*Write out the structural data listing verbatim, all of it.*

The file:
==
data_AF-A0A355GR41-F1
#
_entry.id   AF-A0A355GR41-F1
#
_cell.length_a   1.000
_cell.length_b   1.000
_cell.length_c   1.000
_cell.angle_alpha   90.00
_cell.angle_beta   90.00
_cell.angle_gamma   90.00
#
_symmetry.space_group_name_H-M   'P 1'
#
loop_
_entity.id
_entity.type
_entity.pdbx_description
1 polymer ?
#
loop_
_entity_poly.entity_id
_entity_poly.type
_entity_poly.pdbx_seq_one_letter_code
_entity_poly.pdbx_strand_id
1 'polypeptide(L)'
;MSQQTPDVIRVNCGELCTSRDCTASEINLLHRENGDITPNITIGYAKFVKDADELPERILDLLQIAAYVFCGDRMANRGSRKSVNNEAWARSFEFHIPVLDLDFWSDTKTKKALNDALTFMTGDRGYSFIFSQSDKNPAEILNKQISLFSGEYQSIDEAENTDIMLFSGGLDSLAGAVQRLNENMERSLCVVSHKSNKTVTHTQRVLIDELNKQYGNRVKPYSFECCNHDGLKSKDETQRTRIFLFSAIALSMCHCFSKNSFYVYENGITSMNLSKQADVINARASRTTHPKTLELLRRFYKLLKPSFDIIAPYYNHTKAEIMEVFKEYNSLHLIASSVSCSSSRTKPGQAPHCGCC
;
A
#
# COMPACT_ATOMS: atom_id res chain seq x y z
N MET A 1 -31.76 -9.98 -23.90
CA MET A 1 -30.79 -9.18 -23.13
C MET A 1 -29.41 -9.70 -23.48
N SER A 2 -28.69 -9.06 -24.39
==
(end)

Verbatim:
data_AF-A0A355GR41-F1
#
_entry.id   AF-A0A355GR41-F1
#
_cell.length_a   1.000
_cell.length_b   1.000
_cell.length_c   1.000
_cell.angle_alpha   90.00
_cell.angle_beta   90.00
_cell.angle_gamma   90.00
#
_symmetry.space_group_name_H-M   'P 1'
#
loop_
_entity.id
_entity.type
_entity.pdbx_description
1 polymer ?
#
loop_
_entity_poly.entity_id
_entity_poly.type
_entity_poly.pdbx_seq_one_letter_code
_entity_poly.pdbx_strand_id
1 'polypeptide(L)'
;MSQQTPDVIRVNCGELCTSRDCTASEINLLHRENGDITPNITIGYAKFVKDADELPERILDLLQIAAYVFCGDRMANRGSRKSVNNEAWARSFEFHIPVLDLDFWSDTKTKKALNDALTFMTGDRGYSFIFSQSDKNPAEILNKQISLFSGEYQSIDEAENTDIMLFSGGLDSLAGAVQRLNENMERSLCVVSHKSNKTVTHTQRVLIDELNKQYGNRVKPYSFECCNHDGLKSKDETQRTRIFLFSAIALSMCHCFSKNSFYVYENGITSMNLSKQADVINARASRTTHPKTLELLRRFYKLLKPSFDIIAPYYNHTKAEIMEVFKEYNSLHLIASSVSCSSSRTKPGQAPHCGCC
;
A
#
# COMPACT_ATOMS: atom_id res chain seq x y z
N MET A 1 -31.76 -9.98 -23.90
CA MET A 1 -30.79 -9.18 -23.13
C MET A 1 -29.41 -9.70 -23.48
N SER A 2 -28.69 -9.06 -24.39